The punch in a sentence, the masaaledaar bit of the sentence, is often caused by emphasis. The choice to emphasise a certain word in a sentence draws attention to that particular word, giving it more importance than the others. It also changes the meaning of the sentence—it sheds light on a certain interpretation as opposed to the many others possible.
For instance, in the above sentence, to say “main dukaan gayi, aloo khareedne,” with emphasis on the main, would mean one is attempting to convey that it is they who went to the dukaan, and not someone else. Alternatively, if emphasis is laid on ‘aloo’ instead, it would tell the listener that you bought ‘aloo’, and not carrot or gobi. It then becomes interesting to note that the interpretation or meaning of a particular spoken sentence is often in the hands of the speaker—one can choose what they want their listener to understand or take away from their words.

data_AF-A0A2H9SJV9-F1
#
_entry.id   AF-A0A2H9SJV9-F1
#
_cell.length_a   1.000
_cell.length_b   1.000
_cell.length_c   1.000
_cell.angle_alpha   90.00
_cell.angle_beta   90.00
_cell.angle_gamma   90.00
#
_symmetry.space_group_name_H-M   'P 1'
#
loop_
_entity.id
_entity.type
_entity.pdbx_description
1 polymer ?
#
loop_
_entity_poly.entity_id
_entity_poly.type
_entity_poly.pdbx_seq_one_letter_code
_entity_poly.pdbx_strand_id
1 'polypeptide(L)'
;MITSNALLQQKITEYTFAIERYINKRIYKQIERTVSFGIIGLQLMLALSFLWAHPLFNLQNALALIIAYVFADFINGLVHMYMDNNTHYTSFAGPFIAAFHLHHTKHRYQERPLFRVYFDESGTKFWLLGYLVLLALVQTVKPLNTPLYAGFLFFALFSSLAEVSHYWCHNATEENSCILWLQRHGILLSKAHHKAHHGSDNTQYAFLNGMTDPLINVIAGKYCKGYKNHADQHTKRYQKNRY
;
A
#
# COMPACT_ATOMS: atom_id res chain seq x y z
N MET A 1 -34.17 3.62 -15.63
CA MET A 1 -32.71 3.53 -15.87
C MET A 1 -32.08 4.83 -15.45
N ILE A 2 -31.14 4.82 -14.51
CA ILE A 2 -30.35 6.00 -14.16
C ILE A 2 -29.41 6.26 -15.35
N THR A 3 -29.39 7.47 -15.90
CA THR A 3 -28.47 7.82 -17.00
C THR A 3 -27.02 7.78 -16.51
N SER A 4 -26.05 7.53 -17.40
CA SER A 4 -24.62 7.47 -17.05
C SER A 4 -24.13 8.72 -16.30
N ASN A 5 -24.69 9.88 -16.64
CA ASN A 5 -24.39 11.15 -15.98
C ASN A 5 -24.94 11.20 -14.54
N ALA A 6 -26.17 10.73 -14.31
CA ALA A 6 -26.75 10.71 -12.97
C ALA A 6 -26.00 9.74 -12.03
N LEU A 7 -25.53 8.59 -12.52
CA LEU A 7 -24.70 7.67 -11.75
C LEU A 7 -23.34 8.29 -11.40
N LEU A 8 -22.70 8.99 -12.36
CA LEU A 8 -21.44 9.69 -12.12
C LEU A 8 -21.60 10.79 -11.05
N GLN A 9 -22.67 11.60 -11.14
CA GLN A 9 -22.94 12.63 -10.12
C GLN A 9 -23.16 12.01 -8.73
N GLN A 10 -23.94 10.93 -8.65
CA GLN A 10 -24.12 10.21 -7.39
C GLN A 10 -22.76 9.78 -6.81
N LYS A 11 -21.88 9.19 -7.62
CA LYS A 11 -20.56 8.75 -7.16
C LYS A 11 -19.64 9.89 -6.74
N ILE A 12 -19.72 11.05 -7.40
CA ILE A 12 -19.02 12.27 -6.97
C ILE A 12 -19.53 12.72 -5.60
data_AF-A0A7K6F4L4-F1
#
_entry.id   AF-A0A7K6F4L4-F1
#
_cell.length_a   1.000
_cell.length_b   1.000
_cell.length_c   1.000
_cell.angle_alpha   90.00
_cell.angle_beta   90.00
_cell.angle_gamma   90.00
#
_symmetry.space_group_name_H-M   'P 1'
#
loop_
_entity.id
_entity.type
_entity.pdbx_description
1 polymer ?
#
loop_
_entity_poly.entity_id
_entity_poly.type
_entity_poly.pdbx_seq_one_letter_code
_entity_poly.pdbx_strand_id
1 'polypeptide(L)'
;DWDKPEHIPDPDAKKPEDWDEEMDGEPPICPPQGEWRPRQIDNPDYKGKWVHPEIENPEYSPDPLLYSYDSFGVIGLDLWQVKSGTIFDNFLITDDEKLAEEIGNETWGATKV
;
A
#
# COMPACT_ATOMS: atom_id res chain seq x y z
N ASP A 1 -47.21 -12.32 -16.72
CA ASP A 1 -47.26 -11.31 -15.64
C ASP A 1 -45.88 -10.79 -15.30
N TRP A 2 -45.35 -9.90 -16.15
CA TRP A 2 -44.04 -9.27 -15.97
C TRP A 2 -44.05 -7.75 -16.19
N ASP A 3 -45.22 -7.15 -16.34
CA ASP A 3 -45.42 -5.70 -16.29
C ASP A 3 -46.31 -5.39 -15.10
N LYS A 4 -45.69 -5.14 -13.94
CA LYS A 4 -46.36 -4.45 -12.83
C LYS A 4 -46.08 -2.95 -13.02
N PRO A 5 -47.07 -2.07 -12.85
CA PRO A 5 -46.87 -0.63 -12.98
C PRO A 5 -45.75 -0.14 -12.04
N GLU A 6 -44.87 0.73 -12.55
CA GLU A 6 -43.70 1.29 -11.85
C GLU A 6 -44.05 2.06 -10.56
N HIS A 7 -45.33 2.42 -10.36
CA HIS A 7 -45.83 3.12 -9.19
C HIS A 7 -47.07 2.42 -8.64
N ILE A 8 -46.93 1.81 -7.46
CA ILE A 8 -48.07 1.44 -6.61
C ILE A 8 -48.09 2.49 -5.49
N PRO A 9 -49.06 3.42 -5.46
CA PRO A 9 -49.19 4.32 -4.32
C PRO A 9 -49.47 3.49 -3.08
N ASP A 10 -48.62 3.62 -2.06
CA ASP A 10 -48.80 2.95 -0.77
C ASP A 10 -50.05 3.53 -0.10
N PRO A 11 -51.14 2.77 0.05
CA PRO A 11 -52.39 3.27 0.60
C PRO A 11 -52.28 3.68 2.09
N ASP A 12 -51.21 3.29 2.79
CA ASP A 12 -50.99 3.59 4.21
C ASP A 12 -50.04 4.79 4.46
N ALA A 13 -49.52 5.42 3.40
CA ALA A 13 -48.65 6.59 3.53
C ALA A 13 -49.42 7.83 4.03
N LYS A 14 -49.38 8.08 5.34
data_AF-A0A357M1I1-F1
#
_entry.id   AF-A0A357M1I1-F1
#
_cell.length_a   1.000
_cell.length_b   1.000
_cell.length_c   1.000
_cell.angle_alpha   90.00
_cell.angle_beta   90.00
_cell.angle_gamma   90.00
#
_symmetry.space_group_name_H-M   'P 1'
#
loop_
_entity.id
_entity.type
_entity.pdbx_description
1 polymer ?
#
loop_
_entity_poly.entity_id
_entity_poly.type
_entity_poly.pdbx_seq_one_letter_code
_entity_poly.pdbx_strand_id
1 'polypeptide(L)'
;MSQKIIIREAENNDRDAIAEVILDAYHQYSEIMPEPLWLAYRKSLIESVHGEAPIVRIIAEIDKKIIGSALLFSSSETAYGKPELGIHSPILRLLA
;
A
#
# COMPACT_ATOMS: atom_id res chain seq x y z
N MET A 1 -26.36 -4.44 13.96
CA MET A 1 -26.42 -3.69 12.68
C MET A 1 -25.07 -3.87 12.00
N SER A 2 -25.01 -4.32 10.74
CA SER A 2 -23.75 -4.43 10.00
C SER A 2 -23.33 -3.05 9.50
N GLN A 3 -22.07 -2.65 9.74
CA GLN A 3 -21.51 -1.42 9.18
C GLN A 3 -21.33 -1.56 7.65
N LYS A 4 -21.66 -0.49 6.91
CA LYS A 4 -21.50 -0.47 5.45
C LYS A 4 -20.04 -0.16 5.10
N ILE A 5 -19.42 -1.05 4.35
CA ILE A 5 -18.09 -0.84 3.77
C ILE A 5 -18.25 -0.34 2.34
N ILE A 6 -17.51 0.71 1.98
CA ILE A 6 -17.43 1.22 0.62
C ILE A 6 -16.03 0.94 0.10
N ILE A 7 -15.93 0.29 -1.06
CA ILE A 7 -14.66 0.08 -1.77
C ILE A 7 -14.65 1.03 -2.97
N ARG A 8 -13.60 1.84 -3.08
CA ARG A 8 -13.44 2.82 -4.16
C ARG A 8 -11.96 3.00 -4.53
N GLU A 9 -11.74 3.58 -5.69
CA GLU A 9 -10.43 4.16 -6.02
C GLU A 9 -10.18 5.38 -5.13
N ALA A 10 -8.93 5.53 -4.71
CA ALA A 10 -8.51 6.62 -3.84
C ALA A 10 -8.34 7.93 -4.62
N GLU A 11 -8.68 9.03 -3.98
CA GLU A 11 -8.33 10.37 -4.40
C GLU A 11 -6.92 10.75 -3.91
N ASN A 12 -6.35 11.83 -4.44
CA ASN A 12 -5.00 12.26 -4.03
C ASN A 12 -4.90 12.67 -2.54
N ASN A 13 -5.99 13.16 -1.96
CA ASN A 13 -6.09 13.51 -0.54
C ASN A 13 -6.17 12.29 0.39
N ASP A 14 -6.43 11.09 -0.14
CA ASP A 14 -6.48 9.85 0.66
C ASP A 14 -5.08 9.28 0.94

Identity seems to often function in a similar manner, where one emphasises a certain element or shade of their personality as opposed to the others. Who is responsible for whose identity then? Do we choose what we would like to make the “punch element” of our identities, or does someone else? Will it ever be possible to move past this specific identifier and look at the whole as opposed to the fragmented?
This blog is an attempt to capture, in written form, some of our thoughts and conversations as we build the Unreserved performance.